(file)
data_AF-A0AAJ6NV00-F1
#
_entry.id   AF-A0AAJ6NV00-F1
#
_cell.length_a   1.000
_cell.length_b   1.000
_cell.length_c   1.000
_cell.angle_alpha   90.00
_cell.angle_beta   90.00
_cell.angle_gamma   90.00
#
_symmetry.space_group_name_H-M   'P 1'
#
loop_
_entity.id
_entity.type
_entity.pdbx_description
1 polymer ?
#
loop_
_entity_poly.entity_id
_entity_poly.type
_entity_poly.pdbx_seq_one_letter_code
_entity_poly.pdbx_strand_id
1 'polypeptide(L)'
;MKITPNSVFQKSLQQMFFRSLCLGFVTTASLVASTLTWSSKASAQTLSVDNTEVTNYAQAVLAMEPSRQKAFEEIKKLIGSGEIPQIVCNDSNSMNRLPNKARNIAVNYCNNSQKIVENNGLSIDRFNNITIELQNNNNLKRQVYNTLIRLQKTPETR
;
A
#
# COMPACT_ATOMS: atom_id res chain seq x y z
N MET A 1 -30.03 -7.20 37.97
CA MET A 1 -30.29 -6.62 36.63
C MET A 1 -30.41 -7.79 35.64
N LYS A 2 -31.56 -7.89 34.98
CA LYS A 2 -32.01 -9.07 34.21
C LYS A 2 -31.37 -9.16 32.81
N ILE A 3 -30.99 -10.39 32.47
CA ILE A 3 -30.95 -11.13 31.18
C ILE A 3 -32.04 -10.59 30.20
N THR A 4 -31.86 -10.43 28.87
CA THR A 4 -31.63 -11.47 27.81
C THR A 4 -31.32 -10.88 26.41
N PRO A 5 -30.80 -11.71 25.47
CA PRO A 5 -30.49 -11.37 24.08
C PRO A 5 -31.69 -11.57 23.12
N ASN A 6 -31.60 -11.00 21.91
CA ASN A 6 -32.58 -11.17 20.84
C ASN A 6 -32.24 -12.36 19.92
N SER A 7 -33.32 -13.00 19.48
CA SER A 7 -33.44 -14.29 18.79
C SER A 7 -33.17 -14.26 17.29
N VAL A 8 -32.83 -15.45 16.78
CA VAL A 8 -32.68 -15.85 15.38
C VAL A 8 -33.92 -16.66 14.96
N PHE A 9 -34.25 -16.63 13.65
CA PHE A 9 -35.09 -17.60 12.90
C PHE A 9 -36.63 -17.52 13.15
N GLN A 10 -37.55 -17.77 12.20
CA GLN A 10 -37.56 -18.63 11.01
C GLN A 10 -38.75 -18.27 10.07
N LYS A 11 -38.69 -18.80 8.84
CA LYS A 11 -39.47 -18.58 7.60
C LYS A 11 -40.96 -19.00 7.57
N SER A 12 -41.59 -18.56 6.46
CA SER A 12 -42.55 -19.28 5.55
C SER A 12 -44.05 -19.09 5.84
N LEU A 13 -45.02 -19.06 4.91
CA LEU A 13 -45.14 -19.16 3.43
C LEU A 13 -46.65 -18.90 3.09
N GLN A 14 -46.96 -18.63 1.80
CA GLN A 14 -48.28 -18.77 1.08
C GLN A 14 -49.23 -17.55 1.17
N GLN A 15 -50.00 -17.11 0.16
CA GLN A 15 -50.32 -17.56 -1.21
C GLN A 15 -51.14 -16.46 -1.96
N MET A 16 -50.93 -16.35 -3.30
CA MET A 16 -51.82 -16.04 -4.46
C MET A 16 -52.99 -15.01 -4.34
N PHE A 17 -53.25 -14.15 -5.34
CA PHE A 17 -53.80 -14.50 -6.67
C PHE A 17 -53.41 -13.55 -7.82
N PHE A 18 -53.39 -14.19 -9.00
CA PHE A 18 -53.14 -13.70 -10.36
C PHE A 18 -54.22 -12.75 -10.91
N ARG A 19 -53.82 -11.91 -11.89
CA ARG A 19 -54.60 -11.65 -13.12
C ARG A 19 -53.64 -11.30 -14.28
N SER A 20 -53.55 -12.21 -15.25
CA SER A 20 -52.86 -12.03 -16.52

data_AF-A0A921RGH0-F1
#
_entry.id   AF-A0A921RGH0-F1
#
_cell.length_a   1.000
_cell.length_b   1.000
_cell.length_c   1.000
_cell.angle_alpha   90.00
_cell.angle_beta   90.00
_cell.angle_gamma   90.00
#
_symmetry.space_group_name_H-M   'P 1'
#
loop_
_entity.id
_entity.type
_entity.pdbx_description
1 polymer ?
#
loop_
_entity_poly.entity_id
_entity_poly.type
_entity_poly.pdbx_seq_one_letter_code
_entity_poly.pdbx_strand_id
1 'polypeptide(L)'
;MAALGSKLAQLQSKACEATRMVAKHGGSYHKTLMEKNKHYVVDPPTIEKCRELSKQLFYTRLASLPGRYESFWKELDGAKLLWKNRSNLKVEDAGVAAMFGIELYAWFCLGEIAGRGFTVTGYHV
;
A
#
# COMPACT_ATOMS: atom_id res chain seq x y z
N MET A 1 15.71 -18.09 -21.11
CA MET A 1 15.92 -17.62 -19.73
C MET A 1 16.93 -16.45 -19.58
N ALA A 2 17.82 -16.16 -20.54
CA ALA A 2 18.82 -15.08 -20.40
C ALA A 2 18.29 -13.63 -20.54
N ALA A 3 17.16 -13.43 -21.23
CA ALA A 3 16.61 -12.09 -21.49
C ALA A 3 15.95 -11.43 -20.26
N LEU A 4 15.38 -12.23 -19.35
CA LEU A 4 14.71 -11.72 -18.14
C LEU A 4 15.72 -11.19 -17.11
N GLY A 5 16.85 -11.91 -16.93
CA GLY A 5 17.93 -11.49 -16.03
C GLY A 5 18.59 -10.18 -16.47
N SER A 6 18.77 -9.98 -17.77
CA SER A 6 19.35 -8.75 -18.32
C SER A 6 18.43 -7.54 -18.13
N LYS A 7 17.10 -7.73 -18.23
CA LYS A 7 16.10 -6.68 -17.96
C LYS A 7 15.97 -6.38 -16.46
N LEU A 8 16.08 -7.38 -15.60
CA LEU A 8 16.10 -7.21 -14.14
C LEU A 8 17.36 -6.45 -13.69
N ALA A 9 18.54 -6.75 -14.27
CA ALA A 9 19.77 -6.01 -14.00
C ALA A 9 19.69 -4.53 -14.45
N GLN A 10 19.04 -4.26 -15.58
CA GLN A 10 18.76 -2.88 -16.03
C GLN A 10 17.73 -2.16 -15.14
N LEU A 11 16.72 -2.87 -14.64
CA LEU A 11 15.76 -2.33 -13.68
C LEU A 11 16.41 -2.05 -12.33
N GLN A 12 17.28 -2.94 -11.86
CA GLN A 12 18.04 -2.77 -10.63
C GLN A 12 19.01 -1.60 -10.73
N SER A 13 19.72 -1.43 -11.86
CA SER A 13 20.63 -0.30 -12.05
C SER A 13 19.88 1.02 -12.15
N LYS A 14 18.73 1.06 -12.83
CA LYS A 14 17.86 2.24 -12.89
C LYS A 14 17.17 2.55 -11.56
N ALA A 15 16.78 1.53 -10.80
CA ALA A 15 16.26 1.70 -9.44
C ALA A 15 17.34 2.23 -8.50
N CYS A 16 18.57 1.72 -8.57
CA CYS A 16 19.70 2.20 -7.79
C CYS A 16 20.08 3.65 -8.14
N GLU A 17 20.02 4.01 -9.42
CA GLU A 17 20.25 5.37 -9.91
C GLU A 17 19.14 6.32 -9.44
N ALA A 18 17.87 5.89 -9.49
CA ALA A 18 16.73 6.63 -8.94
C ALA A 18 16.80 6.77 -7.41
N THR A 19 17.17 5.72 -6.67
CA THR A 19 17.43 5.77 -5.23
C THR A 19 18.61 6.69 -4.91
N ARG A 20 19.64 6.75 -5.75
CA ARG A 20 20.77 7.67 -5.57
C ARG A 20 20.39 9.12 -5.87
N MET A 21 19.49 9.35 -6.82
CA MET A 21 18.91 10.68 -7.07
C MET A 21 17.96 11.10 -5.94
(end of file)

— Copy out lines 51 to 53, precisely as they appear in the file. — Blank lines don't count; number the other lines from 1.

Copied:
C SER A 7 -33.17 -14.26 17.29
N VAL A 8 -32.83 -15.45 16.78
CA VAL A 8 -32.68 -15.85 15.38